Tuesday, April 24, 2012

IIT-Bombay part of NYU-led consortium to build campus in New York

The Indian Institute of Technology, Bombay (IIT-B) will be part of a consortium of world class academic institutions that has been selected to set up an applied sciences campus in Brooklyn, under an initiative launched by New York Mayor Michael Bloomberg to strengthen the city's global competitiveness in the field of science and engineering.

New York University was selected as the second winner of the city's 'Applied Sciences NYC Initiative', the first being Cornell University and Technion-Israel Institute of Technology, which are creating an engineering campus on Roosevelt Island. Bloomberg said the "historic agreement" between the city and the consortium of the academic institutions and private technology companies would lead to the creation of the 'NYU Center for Urban Science and Progress' (CUSP) in Brooklyn.

The NYU-Polytechnic Institute of New York University led consortium includes Carnegie Mellon University, City University of New York, University of Toronto, University of Warwick, IIT-Bombay, as well as technology giants IBM and Cisco, and will grant academic degrees in engineering and sciences. The centre would focus on research and development of technology to address critical challenges facing cities, including infrastructure, tech integration, energy efficiency, transportation congestion, public safety and public health.

"Each of the academic partners of NYU and NYU-Poly - Carnegie Mellon, University of Warwick and IIT-B, are known for their strong applied science and engineering programmes, and each has a solid track record of research commercialisation, as well as industry collaborations and partnerships," the NYC Economic Development Corporation (NYCEDC) said in a statement here today. IBM and Cisco would each provide a million dollars a year in financial and in-kind support. IIT-B Director Devang Khakhar said the issues facing Mumbai would provide unique new insights and be a source of ideas for the work of the Center.

"The Centre presents a great new opportunity to address the challenges of megacities by the generation of new knowledge using New York City as its laboratory and by imparting education with a focus on the planning, building and managing megacities," Khakhar said in the statement. "The work of the Centre will benefit New York City directly and will provide a template to address many issues of megacities. "We look forward to contributing actively as a consortium member of the Centre through the participation of our faculty who specialize in the fields of engineering and science related to urban studies," Khakhar added.

According to an economic impact analysis conducted by the New York City Economic Development Corporation (NYCEDC), CUSP would generate more than US$ 5.5 billion in overall economic activity over the next three decades as well as US$ 597 million in total tax revenue. The campus alone would help create up to 2,200 construction jobs and up to 900 permanent jobs. It is expected to generate nearly 200 spin-off companies over the time period, projecting to create up to an additional 4,600 permanent jobs.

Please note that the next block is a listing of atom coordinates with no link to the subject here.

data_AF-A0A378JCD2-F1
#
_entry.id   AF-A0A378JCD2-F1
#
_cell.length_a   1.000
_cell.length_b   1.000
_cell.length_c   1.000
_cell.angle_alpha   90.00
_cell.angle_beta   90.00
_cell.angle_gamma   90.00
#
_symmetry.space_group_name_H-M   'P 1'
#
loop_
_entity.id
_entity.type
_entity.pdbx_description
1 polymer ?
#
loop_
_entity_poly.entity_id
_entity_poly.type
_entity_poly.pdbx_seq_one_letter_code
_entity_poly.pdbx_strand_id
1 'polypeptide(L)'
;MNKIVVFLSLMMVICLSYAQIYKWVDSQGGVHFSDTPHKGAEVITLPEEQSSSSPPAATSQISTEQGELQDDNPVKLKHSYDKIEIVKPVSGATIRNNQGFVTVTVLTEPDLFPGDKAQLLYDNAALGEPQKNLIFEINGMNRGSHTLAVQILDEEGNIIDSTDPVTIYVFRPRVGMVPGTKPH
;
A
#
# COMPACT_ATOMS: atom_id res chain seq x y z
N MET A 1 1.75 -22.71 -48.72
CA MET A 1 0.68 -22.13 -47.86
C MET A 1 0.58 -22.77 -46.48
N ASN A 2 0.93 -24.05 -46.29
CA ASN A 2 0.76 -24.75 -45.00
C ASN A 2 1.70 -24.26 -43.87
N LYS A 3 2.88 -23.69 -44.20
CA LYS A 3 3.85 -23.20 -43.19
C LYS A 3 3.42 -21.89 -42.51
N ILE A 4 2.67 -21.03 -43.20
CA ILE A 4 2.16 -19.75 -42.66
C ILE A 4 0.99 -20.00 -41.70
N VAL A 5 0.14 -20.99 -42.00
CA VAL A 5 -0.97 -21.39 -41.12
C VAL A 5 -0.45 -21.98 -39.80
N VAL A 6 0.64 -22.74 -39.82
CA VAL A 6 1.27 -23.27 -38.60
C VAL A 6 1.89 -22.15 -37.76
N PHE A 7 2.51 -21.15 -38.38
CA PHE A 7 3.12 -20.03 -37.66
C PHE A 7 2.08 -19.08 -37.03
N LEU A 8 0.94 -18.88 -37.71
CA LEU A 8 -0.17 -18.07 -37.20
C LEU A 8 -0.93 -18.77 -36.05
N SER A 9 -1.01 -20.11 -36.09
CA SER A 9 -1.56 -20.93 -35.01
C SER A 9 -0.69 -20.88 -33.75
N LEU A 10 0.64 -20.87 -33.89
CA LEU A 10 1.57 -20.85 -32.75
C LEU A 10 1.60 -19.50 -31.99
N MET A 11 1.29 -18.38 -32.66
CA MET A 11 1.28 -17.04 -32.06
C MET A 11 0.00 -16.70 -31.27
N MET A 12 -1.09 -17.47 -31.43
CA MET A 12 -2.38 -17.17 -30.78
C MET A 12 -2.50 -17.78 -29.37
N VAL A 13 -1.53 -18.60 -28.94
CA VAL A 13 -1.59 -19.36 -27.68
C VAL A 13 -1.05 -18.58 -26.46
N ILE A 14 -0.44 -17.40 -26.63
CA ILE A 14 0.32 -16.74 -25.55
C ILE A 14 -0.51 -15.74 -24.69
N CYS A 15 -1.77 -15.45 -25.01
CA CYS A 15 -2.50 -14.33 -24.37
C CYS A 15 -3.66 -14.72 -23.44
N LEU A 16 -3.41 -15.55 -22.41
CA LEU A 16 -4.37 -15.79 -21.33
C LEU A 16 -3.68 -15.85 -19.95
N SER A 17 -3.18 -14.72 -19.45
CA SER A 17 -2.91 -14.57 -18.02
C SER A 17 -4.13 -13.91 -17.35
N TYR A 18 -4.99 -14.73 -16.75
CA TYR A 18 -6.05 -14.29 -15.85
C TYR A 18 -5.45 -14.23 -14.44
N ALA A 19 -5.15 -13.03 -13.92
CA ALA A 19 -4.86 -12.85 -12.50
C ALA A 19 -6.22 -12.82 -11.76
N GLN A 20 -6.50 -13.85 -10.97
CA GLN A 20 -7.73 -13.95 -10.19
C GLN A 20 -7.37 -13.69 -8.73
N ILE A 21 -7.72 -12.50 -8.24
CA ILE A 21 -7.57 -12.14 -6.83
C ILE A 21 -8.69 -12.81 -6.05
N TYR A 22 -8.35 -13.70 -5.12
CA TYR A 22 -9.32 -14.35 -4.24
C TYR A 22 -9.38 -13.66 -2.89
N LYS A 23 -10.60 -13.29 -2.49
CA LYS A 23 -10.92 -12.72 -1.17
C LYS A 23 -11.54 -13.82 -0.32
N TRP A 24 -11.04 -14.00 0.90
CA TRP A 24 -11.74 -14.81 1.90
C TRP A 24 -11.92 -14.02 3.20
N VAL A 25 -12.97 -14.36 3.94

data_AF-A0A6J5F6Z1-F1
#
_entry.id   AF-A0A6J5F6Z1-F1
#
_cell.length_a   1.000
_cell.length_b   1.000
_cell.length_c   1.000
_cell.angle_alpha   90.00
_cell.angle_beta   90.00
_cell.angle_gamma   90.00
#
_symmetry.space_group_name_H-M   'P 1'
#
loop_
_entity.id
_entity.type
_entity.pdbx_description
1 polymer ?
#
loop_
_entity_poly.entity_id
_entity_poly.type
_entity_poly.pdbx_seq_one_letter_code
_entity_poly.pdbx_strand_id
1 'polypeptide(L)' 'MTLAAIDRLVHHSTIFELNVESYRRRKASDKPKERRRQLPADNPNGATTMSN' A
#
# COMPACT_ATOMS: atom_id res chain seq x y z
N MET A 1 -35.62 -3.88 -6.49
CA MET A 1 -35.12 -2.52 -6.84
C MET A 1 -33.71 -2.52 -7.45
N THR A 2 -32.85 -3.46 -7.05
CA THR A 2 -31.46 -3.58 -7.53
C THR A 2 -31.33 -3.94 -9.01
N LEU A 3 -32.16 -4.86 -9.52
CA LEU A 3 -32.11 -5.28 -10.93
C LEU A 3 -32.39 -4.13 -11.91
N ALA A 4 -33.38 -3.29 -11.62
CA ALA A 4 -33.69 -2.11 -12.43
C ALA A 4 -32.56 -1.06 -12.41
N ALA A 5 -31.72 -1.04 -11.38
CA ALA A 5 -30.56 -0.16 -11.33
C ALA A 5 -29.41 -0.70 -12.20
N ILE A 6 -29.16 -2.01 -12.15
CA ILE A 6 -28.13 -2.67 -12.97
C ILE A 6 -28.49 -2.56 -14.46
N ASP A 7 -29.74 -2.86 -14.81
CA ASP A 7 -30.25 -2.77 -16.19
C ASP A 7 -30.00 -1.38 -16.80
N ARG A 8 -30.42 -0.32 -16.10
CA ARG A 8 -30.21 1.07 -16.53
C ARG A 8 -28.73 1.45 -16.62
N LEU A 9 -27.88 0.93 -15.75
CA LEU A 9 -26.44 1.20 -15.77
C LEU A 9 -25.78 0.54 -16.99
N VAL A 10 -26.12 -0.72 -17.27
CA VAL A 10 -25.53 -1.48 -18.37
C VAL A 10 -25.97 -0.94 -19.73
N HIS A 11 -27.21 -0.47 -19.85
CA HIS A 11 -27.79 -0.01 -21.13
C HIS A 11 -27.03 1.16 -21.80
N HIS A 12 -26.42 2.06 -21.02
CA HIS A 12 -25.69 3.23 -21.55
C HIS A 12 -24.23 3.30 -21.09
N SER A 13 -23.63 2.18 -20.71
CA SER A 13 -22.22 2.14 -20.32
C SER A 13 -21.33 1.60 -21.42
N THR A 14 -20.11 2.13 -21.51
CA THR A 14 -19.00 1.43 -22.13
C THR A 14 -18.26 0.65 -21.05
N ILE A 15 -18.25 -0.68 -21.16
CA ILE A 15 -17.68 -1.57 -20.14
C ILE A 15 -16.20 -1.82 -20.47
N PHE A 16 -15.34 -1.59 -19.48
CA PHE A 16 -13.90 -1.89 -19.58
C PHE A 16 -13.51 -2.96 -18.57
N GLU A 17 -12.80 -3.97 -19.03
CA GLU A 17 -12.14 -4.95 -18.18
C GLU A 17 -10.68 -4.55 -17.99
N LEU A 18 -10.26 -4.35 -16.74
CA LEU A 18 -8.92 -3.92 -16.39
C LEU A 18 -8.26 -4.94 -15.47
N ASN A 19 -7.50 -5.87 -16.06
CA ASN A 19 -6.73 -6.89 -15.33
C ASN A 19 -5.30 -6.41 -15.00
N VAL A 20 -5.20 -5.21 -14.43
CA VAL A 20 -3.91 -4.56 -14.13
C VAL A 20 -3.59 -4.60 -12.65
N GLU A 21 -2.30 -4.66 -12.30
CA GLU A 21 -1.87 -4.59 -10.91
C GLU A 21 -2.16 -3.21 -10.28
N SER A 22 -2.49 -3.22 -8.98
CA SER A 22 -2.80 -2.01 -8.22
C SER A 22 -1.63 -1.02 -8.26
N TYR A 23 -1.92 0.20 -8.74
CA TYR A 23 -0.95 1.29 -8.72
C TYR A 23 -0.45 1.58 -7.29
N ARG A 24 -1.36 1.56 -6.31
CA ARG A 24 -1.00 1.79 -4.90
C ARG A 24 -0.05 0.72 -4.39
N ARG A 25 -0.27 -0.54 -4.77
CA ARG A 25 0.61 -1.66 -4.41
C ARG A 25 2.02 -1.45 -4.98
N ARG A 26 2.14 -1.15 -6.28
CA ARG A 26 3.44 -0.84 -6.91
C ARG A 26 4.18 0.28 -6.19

Theoretical physicist Steven Koonin, who has served as Undersecretary of Energy for Science and as Provost of the California Institute of Technology has been named as CUSP's inaugural director.

Bloomberg said the "cutting-egdge" centre would focus on research and science that would give a huge boost to the city's economy and establish New York as a "global hub of science, research, innovation and world-class urban solutions for the future". New York University President John Sexton said through CUSP, New York would become a "living laboratory, a source of research, a test-bed for new ideas, and the economic beneficiary of our researchers' discoveries".

The NYU proposal was selected through a highly competitive process. The proposal envisioned solutions for the world's growing cities in the 21st century. As part of the agreement with the city, NYU has identified as its preferred location for CUSP a 460,000-square-foot city-owned office building in downtown Brooklyn that is currently partially occupied by the New York Police Department.

NYU is expected to complete the renovation of the building in the summer of 2017 for the first NYU CUSP class to begin by September 2017. However, CUSP would immediately begin operations by leasing and renovating a different space in Brooklyn for the first phase of the programme, which will accept its inaugural class in September 2013.

The centre would include classrooms, laboratory space and an incubator for businesses spun off by CUSP or CUSP-related research. It is projected that approximately 530 graduate and doctoral students would attend CUSP, including approximately 430 Masters candidates and 100 PhD candidates. There will be 50 full-time faculty and researchers at CUSP comprising tenured faculty, contract faculty, research scientists and senior researchers from industry.

Senior US Senator from New York Charles Schumer said the world class engineering and applied science schools that are part of the project will "only strengthen the city's position as a leader in high-tech, and a premier destination for the talented and ambitious young people looking to make their mark in the new global economy".

In July 2011, NYCEDC had issued a request for proposal seeking a university, institution or consortium to develop and operate a new or expanded applied sciences campus in the city. In October, the city received seven responses from 17 world-class institutions. The city selected the consortium led by Cornell and the Technion in December giving it land on Roosevelt Island and USD 100 million in capital to build a two billion dollar tech campus.

Source: The Economic Times (Online Edition), April 24, 2012

No comments:

Post a Comment

Blog Archive